The answer is unclear, actually, in general. I mean, I don’t want to panic you, because I actually think math research is a skill you can pick up if you are smart and work hard, but on the other hand, it might not be that easy, especially for you.

Let me put it this way. Theoretically, we want to attract to math research a bunch of people who:

  1. love math,
  2. work hard and don’t mind being wrong and can live with not knowing whether they are, and
  3. are “good at math”, where I’m going to ignore what exactly that means, partly because I don’t want to get drawn into the genius myth discussion and partly because I actually think the first two qualifications are dominant.

But here’s the thing. Instead, we attract to math research, via our post-college applications selection method, people who:

  1. may love math but may just have been told they’re “good at math” and may not know the difference,
  2. know how to master a well-defined skill where they get continuous feedback from tests and other people that they are making progress, and
  3. are probably plenty “good at math.”

So you see, there is likely a mismatch between the first two points.

I’m going to hope, for your sake, that you love math. Because you’ll need it, believe me.

Assuming you do, then you’ll need to spend time on #2, which means you (ironically) need to stop caring about outside measures of progress so you can lose yourself in your work and make progress. Get it? It’s confusing when you first encounter it, and unintuitive, and it might be extra hard for someone who is addicted to external evaluations and encouragement, which honestly it sounds like you are to some extent. Just as an example, you don’t owe your advisor anything except your gratitude. You are doing math for yourself from here on in.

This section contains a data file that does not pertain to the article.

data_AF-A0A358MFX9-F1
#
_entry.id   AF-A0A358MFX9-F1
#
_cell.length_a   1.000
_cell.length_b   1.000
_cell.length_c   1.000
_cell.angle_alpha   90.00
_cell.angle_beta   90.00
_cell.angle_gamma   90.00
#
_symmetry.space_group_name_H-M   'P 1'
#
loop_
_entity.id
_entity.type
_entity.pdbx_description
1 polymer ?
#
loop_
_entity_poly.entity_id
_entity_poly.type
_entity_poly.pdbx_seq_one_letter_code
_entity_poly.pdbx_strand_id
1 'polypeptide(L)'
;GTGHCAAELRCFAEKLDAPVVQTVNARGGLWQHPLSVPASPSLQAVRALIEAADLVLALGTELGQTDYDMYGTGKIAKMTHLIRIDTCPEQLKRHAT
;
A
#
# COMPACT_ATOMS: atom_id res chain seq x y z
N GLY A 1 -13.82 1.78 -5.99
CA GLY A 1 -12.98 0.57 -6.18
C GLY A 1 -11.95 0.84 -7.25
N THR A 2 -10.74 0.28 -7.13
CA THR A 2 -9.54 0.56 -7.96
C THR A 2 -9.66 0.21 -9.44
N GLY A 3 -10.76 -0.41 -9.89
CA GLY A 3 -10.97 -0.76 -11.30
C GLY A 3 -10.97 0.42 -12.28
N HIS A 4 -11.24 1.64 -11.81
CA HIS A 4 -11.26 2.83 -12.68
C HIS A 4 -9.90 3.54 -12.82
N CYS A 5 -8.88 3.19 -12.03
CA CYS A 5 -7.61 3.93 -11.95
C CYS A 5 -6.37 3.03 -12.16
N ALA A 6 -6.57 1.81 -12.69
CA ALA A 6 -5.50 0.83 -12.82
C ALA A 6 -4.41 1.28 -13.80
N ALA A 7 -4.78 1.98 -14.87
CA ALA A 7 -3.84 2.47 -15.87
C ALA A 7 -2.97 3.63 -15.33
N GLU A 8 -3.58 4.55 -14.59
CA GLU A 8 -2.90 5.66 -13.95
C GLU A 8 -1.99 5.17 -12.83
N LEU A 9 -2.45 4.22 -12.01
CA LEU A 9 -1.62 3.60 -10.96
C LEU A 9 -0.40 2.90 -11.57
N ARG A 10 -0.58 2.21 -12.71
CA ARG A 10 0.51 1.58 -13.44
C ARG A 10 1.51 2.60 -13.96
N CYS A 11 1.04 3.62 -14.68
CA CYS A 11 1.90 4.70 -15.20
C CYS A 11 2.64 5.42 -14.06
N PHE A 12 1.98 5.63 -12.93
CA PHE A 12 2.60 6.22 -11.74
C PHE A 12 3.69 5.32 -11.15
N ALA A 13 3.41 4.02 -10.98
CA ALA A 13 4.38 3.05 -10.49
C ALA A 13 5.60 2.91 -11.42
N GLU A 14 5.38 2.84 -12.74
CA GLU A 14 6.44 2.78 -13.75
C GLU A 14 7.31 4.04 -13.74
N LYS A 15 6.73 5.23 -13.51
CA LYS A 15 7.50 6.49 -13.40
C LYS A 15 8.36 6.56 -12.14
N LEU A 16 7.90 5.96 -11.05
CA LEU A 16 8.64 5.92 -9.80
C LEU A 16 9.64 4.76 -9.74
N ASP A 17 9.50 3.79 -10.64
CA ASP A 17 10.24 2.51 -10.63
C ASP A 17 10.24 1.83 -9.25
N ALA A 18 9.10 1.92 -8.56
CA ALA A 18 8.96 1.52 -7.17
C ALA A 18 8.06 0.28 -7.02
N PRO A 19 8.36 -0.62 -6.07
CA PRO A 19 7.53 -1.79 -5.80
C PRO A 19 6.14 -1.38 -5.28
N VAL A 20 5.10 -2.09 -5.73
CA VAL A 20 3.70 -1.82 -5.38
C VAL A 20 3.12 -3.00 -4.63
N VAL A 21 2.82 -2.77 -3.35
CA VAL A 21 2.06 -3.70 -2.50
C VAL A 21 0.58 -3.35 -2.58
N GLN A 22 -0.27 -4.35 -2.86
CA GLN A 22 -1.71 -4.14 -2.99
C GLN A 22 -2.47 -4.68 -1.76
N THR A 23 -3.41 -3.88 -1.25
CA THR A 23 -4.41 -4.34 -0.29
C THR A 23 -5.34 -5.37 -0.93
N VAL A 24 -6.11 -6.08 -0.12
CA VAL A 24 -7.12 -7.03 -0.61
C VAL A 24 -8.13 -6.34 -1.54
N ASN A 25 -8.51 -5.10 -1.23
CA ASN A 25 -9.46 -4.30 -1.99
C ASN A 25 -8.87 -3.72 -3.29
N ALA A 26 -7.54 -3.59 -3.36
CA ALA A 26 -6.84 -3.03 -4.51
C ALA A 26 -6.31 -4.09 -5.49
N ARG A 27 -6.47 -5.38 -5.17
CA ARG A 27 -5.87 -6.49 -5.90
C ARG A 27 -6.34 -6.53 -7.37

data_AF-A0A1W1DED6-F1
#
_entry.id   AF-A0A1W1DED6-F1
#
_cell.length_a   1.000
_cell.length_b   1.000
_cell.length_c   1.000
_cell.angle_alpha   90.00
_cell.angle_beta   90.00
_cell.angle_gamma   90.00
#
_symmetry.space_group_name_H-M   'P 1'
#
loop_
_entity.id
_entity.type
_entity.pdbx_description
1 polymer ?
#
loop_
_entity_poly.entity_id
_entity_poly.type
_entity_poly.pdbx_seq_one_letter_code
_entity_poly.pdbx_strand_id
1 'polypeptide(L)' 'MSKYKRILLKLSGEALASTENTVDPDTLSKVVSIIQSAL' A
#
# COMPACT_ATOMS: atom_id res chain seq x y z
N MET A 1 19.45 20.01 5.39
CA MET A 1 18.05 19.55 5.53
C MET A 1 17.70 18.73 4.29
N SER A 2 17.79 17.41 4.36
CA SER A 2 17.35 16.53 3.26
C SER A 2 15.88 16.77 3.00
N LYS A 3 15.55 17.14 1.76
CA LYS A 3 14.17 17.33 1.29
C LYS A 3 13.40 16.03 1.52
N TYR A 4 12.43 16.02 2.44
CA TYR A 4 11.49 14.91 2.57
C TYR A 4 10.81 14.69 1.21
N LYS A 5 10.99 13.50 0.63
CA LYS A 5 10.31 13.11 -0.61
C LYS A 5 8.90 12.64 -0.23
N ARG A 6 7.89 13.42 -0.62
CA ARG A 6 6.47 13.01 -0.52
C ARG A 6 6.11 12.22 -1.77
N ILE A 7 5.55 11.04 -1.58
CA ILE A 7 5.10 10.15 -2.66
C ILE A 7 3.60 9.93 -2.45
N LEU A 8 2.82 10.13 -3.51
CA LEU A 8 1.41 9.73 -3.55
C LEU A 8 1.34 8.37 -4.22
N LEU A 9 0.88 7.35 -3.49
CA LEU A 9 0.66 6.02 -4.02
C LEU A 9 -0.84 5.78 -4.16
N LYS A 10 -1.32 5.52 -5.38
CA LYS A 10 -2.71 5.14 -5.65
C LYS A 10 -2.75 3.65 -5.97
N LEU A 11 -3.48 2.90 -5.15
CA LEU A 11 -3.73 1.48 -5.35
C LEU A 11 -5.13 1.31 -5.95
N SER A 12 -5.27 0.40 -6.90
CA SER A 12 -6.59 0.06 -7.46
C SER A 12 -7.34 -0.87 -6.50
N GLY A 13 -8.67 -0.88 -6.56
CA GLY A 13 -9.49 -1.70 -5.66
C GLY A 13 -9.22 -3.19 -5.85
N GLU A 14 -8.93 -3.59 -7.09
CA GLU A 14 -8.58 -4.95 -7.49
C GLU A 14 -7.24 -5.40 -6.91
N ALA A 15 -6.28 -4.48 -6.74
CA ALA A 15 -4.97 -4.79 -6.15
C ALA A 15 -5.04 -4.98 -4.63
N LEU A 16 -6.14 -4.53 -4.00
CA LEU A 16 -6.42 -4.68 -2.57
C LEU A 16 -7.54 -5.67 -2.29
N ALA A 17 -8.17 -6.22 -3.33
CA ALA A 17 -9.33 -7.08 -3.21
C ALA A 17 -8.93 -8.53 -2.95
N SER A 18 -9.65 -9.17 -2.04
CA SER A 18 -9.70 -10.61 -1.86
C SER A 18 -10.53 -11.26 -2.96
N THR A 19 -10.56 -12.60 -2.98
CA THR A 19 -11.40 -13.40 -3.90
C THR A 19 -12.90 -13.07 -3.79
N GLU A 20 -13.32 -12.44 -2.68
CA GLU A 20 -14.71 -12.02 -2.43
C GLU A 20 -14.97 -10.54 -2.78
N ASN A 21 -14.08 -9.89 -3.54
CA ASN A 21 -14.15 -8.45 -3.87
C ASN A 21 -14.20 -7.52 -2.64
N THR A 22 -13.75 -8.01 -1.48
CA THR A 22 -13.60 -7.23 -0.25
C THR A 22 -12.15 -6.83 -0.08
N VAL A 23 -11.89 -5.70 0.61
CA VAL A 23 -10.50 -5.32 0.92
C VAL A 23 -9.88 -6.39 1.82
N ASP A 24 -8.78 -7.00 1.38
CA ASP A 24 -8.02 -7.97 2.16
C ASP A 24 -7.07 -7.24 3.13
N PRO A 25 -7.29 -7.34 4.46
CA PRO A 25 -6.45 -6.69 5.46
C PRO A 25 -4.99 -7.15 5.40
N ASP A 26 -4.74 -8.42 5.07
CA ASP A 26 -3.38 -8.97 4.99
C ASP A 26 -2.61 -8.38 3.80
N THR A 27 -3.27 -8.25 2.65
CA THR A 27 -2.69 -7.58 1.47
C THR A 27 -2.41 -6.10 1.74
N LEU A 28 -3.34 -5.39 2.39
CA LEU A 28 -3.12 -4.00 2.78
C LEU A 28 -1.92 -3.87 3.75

The good news is, it often sucks at first, so don’t think you’ve already failed. You just need to develop new skills. It’s kind of like a muscle you didn’t know you had that you need to make super strong.

I suggest trying it out in short bursts. Find yourself a few hours of time, where you are not urgently needed by some classwork or something, and lose yourself in thought around some mathematical object, with no specific need of a milestone. Play with the math, see what you find, and don’t feel like you’ve wasted your time at the end, even if you feel like you have. It was your time to waste, after all.

Anyhoo, that’s the muscle you will need to develop. Once you get good at it, you can lose yourself for days or weeks at a time and then every now and then stumble on actual progress. You can do it! Start small!